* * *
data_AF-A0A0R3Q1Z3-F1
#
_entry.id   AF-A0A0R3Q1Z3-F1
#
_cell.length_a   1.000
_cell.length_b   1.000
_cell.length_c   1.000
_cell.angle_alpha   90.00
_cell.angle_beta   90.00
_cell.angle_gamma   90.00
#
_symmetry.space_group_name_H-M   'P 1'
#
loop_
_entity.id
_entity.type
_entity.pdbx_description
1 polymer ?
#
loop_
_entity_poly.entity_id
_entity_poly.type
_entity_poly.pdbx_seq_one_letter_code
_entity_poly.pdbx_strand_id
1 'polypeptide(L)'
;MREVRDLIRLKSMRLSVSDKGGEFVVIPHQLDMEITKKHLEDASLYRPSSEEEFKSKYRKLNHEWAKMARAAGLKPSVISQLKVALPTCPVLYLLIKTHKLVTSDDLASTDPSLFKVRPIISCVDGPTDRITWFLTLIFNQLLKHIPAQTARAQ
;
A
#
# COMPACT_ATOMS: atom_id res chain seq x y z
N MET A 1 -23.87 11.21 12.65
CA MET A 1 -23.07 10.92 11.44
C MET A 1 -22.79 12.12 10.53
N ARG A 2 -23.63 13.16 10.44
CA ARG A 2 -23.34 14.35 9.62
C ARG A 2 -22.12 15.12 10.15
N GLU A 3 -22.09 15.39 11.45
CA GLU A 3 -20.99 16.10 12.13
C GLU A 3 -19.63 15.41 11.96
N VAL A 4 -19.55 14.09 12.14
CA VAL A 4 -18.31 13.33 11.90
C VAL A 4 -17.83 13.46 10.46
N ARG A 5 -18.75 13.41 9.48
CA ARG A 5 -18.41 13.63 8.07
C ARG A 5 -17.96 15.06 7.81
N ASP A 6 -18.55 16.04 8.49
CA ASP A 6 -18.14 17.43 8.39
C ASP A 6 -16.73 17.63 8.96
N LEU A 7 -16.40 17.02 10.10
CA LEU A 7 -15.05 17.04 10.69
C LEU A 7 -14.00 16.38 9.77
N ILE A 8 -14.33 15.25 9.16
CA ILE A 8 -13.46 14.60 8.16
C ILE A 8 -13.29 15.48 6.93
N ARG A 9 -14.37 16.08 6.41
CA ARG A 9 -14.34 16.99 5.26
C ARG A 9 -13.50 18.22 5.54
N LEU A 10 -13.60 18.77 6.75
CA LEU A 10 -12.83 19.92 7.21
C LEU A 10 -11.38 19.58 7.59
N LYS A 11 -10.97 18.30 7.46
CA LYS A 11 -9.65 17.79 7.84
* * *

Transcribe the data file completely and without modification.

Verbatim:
data_AF-A0A0R3Q1Z3-F1
#
_entry.id   AF-A0A0R3Q1Z3-F1
#
_cell.length_a   1.000
_cell.length_b   1.000
_cell.length_c   1.000
_cell.angle_alpha   90.00
_cell.angle_beta   90.00
_cell.angle_gamma   90.00
#
_symmetry.space_group_name_H-M   'P 1'
#
loop_
_entity.id
_entity.type
_entity.pdbx_description
1 polymer ?
#
loop_
_entity_poly.entity_id
_entity_poly.type
_entity_poly.pdbx_seq_one_letter_code
_entity_poly.pdbx_strand_id
1 'polypeptide(L)'
;MREVRDLIRLKSMRLSVSDKGGEFVVIPHQLDMEITKKHLEDASLYRPSSEEEFKSKYRKLNHEWAKMARAAGLKPSVISQLKVALPTCPVLYLLIKTHKLVTSDDLASTDPSLFKVRPIISCVDGPTDRITWFLTLIFNQLLKHIPAQTARAQ
;
A
#
# COMPACT_ATOMS: atom_id res chain seq x y z
N MET A 1 -23.87 11.21 12.65
CA MET A 1 -23.07 10.92 11.44
C MET A 1 -22.79 12.12 10.53
N ARG A 2 -23.63 13.16 10.44
CA ARG A 2 -23.34 14.35 9.62
C ARG A 2 -22.12 15.12 10.15
N GLU A 3 -22.09 15.39 11.45
CA GLU A 3 -20.99 16.10 12.13
C GLU A 3 -19.63 15.41 11.96
N VAL A 4 -19.55 14.09 12.14
CA VAL A 4 -18.31 13.33 11.90
C VAL A 4 -17.83 13.46 10.46
N ARG A 5 -18.75 13.41 9.48
CA ARG A 5 -18.41 13.63 8.07
C ARG A 5 -17.96 15.06 7.81
N ASP A 6 -18.55 16.04 8.49
CA ASP A 6 -18.14 17.43 8.39
C ASP A 6 -16.73 17.63 8.96
N LEU A 7 -16.40 17.02 10.10
CA LEU A 7 -15.05 17.04 10.69
C LEU A 7 -14.00 16.38 9.77
N ILE A 8 -14.33 15.25 9.16
CA ILE A 8 -13.46 14.60 8.16
C ILE A 8 -13.29 15.48 6.93
N ARG A 9 -14.37 16.08 6.41
CA ARG A 9 -14.34 16.99 5.26
C ARG A 9 -13.50 18.22 5.54
N LEU A 10 -13.60 18.77 6.75
CA LEU A 10 -12.83 19.92 7.21
C LEU A 10 -11.38 19.58 7.59
N LYS A 11 -10.97 18.30 7.46
CA LYS A 11 -9.65 17.79 7.84